Distribute via Google Drive

If you don’t have a Google account, they’re free and easy to set up. They also come with a Google Drive account, which lets you host files and send download links to as many people as you’d like. I found this to be fast, straightforward, and much easier than using a service like Dropbox or GitHub. No super top secret passwords or additional login credentials are required.

Upload and Set Sharing Permissions

First, upload your file to your Google Drive account.

Next, right-click on the file you want to share and select “Share…” then “Share…” again. If you’re using a Mac, well, I’m sure there’s some other way to access the Share menu.

On the Who Can Access panel, select Change… This will let you change the permissions for the file.

Distribute the Link to Backers

You’ve enabled anyone you share the link with to download the file. You can now do one of two things to get the link to your backers:

1. Copy the link on the Share Settings panel and paste it into an e-mail or Kickstarter backer update.

2. Use GMail to attach the file. In GMail, you can now directly attach Google Drive files without having to re-upload them, and without the need to worry about attachment size limitations.

I chose the latter option because not every Kickstarter backer was going to be receiving a full copy of Psi-punk, so I didn’t want everyone to have access to the link. This posed its own set of challenges.

First of all, I had to get everyone’s contact information from Kickstarter into my GMail contacts. That means setting up my own contacts database.

How to Import Contacts from Kickstarter to GMail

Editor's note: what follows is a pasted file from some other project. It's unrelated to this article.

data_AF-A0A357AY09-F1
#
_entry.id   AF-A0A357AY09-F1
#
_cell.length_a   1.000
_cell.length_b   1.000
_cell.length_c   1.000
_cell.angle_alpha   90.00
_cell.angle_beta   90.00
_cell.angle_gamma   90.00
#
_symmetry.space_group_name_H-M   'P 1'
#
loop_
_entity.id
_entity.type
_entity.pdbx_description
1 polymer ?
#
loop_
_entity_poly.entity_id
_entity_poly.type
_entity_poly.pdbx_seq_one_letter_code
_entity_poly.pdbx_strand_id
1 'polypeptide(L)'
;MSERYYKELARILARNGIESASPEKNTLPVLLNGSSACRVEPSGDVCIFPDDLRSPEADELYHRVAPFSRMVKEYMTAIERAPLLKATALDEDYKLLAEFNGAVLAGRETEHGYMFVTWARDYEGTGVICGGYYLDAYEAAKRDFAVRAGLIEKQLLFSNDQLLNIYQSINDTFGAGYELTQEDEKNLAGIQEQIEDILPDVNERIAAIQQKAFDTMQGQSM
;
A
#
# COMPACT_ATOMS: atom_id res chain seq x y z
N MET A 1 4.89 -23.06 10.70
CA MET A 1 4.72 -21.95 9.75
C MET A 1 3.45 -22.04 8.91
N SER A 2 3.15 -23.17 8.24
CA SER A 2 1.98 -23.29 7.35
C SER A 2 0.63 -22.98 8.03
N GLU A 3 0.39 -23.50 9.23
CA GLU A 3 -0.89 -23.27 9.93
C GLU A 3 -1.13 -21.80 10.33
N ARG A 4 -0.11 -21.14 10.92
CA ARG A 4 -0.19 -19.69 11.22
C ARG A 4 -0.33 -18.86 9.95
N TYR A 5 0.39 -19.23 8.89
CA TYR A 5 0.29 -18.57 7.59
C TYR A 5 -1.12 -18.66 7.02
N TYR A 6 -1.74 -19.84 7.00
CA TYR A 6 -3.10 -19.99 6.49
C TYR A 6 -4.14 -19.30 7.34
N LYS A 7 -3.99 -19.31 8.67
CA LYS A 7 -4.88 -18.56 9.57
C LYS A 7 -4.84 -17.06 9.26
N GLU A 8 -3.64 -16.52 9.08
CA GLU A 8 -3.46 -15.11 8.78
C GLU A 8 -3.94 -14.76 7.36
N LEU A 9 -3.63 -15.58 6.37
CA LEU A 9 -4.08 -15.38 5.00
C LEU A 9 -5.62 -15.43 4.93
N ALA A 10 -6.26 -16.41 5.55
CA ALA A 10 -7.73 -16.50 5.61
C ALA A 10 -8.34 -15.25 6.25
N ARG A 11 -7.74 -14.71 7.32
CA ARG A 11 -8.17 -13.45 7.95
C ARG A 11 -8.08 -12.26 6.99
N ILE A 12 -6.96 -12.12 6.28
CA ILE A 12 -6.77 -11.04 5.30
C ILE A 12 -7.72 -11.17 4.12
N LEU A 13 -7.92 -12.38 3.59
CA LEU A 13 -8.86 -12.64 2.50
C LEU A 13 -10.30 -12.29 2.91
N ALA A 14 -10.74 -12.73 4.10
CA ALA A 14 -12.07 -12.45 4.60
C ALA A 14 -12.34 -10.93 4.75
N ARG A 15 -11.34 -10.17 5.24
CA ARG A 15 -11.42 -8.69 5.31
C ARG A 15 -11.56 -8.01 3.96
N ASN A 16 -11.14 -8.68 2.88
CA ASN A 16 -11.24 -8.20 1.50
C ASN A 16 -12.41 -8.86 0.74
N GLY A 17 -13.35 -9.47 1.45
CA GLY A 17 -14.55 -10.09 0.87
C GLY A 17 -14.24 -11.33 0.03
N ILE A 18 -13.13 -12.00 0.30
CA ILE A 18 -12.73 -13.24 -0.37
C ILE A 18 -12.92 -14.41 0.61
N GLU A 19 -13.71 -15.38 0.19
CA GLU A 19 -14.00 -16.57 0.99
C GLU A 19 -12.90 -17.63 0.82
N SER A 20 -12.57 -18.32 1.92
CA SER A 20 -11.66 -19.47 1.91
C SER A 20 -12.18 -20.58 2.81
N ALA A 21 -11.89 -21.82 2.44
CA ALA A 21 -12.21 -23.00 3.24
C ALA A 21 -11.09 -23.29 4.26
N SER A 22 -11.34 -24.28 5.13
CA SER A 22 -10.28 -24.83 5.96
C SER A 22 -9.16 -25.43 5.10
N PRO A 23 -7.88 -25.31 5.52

First, generate a backer report from Kickstarter. KS will create several spreadsheets for you — one for each backer reward level you offered. These will have usernames, e-mail addresses, and contact info that you received from your backers when you sent out your backer survey (you did do that, right?). You can copy those into one CSV (comma-separated value) file and import them into GMail.

Here’s a tutorial on how to do that.

Once you’ve imported your contacts, GMail will place them all in a Contact Group with a name such as “Imported Contacts [today’s date].” I’d recommend renaming that to something more useful, like “KS Backers.”

If you need to exclude certain e-mail addresses, you can remove them from the group by hand or simply not include them in your CSV file to begin with. I recommend the latter. If you really need those contacts for another reason, you can create a separate Contact Group for those e-mail addresses specifically.

Send Your E-mail Using BCC

Finally, now that you have your e-mail contacts and your file ready to go, you can create a new e-mail to send to everyone. GMail makes it easy to e-mail everyone in a single Group; simply type “KS Backers” (or whatever you named your group) into the Bcc: field of your e-mail window and it will import everyone’s contact information.

Important: Use BCC, not To or CC when sending bulk e-mails. It’s not polite to share everyone’s e-mail address. BCC stands for Blind Carbon Copy, where the Blind part means nobody will be able to see one another’s e-mail address.

Paste your Share link or attach your file to the e-mail and send it to your backers.

Note: Your e-mail will wind up in some peoples’ spam folders. Many e-mail clients will flag it as spam because you sent a BCC to 100 or so e-mail addresses. You’ll want to send a Backer Update through Kickstarter now to inform people that they should expect another e-mail from you and they should check their spam boxes if they didn’t receive it. If anyone contacts you saying they didn’t receive the e-mail, verify whether or not they were supposed to get it to begin with and send them the link on a case-by-case basis.

Create a Special Discount through OneBookShelf